Do you ever wonder what it takes to get through the day as the President of the United States? Ego gets a bad rap these days and often is misinterpreted in pop psychological and spiritual toss-offs as a negative quality, but we need our egos. We also need to develop empathy or else it’s the “me show” all the time. It’s the balance between a strong, healthy, boundary-setting ego and an open compassionate heart that helps us operate successfully in our relationships with others.

I’m a big supporter of President Obama and often include him in my metta practice.* I can’t imagine what it’s like to stand for and represent all that he does as the first Black president in a country that has deep racist roots and a current revival of the worst of fear-based paranoia buried in the trappings of fringe politics. I like how the President uses humor and plain-speak to address detractors and, of course, Congress. Be sure to listen to his stand-up comedy at the annual White House Correspondents’ Association dinner. With a little work on his delivery, he may have a new career here.

I received a letter from President Obama in my e-mail today (we’re close) and this reflection struck me:

When I entered Ms. Hefty’s fifth-grade class at Punahou School in the fall of 1971, I was just a kid with a funny name in a new school, feeling a little out of place, hoping to fit in like anyone else.
The first time she called on me, I wished she hadn’t. In fact, I wished I were just about anywhere else but at that desk, in that room of children staring at me.
But over the course of that year, Ms. Hefty taught me that I had something to say — not in spite of my differences, but because of them. She made every single student in that class feel special.
And she reinforced that essential value of empathy that my mother and my grandparents had taught me. That is something that I carry with me every day as President.

This is a great example of how, through being treated as an important and unique human being, a self-conscious kid experienced empathy from a wise teacher. Through this connection, reinforced by his mother and grandparents, the leader of the Free World developed the qualities that we associate with a highly emotionally intelligent person. I know that I want empathy as a core value in my nation’s leader as well as a healthy ego.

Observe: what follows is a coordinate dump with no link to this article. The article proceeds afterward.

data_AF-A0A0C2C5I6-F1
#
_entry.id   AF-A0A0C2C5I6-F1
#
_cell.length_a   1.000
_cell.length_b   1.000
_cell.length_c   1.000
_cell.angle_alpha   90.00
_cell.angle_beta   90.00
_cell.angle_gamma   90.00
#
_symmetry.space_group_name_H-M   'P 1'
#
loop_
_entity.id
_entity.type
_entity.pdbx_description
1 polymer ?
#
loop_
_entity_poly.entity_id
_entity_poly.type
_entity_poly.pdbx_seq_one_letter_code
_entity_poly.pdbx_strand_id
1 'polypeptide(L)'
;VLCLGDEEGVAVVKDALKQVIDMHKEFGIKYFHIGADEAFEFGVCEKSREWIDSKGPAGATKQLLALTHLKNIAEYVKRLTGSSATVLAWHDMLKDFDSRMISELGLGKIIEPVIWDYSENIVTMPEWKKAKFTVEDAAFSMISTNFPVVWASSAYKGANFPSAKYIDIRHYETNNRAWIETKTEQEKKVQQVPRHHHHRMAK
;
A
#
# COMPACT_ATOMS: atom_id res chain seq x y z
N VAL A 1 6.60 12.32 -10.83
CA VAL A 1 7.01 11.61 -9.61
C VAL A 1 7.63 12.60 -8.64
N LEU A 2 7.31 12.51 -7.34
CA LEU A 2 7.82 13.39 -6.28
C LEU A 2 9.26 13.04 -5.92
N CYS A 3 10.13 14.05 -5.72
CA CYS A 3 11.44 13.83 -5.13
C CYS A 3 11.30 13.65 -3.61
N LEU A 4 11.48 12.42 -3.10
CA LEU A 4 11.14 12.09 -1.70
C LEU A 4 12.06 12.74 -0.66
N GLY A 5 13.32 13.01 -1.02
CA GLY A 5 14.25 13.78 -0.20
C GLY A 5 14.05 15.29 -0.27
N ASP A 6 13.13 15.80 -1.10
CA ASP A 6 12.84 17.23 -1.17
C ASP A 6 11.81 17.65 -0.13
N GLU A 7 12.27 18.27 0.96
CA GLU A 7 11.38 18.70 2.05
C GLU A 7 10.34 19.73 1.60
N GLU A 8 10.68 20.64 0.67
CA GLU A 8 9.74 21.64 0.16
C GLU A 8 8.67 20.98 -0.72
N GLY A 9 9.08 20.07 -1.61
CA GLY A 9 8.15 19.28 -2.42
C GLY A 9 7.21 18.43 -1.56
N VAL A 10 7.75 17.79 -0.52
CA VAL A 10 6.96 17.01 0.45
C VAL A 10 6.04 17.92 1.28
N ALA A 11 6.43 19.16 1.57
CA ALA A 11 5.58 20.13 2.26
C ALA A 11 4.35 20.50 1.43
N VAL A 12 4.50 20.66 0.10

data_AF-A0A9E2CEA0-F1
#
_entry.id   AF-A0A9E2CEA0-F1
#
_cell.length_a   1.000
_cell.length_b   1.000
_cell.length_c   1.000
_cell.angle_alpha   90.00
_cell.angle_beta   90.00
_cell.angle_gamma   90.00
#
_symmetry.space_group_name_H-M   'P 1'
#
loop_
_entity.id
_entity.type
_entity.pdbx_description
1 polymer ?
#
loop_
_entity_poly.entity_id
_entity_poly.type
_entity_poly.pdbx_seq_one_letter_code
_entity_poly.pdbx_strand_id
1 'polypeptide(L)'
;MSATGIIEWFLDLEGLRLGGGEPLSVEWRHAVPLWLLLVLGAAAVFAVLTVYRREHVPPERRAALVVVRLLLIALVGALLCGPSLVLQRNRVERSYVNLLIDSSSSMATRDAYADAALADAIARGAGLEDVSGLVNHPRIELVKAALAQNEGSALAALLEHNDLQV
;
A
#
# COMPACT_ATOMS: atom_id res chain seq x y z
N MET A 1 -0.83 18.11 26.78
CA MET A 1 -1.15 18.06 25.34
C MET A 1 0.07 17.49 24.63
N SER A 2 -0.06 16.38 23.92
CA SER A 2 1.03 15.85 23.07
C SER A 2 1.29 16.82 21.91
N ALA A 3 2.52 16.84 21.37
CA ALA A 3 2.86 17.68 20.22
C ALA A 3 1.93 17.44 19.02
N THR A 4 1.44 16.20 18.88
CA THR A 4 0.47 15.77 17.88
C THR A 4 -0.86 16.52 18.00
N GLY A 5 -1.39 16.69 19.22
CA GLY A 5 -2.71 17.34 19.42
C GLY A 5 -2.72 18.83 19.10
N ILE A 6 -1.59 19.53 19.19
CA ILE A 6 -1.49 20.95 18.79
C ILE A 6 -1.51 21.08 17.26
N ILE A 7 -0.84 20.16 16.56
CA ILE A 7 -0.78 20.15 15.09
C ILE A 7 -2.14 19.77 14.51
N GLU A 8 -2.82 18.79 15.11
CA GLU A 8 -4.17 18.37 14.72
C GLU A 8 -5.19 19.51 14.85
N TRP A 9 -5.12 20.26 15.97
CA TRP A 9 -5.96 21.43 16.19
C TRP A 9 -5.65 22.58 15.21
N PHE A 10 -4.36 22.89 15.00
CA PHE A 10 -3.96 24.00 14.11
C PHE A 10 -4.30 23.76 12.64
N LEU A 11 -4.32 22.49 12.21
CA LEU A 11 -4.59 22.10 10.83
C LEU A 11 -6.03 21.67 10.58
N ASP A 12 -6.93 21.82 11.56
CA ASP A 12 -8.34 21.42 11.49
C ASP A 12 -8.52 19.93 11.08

*Metta meditation instructions

Meditation and Me

Welcome to my website! I want to share a few things about myself in case you are considering mindfulness-based counseling and/or learning to meditate with me. My professional history includes many years of teaching, providing counseling and therapy, and higher education administration. That’s the broad brushstroke of my work history, but there is much more to my life and that story tells why I am dedicated to practicing mindfulness-based counseling and teaching meditation to people who are interested.

Meditation has been life-changing for me. I began studying and practicing meditation in my 20s as a student of the Tibetan Buddhist teacher Chogyam Trungpa Rinpoche, who was instrumental in bringing Tibetan Buddhism to the West. At that time, although I had managed to earn a degree and had achieved some early success, I was a troubled young woman due to a chaotic adolescence and had a history of alcohol and drug abuse. During my early days of meditation practice, I began to:

  • See that the drugs and alcohol that I was using to entertain or escape myself clouded my every day mind and depressed my body
  • Understand my turbulent emotions and realize that the trauma I carried could be faced and eventually dissolved by being present with even the most uncomfortable or distressing feelings
  • Relate to my body more fully and live inside of it rather than numbing out and dressing to mask what was going on inside of me
  • Trust my own intelligence and experience
  • Develop more than the two gears of rebellion or compliance in my relationships with others

As you can see, I love bullet points. There are more, but those early days of practice helped me face the fears that I carried and use my mind to discover alternatives to the self-destructive patterns that had seemed somewhat inevitable. Because of those discoveries, I was confident enough to seek the other help I needed to face my demons.

Meditation is not a panacea. Much like the ads for coconut oil that claim to cure everything, we are now inundated with mindfulness as a buzzword and there is a real danger that it could become the next McTrend and be misunderstood as a simple fix for all our troubles. Yet, for people who are seeking an inner education and who genuinely want to work with their minds, mindfulness meditation is a powerful tool that can literally transform one’s life. I know this to be true because, 40 years later, I’m still practicing and still gaining insight into how to live my life with a great big broken heart. Through meditation, I’ve learned to be more authentic, more willing to be myself, and, by extension, grant that same right to others. By understanding my own suffering, I began to develop compassion and that changed everything. I will write more on compassion in a future post.

Thanks for visiting my site!

What do mindfulness-based counseling and meditation instruction offer?

• Increased awareness and attention through the practice of meditation
• Tools for balancing emotions
• Exploration that can lead to a more integrated sense of self
• Insight that can be applied to relationships and situations
• Resiliency skills for better health and aliveness in the body
• Discovery (or rediscovery) of the natural open awareness that is a part of our being

Of course there are unlimited possibilities for personal growth and each person has a unique set of needs. Direct awareness through mindfulness meditation builds skills that the client can use immediately and also informs the counseling process.


Mindfulness-Based Counseling offered on a sliding fee scale by arrangement.*

Meditation Instruction offered on a sliding fee scale by arrangement.*

*Insurance is not accepted.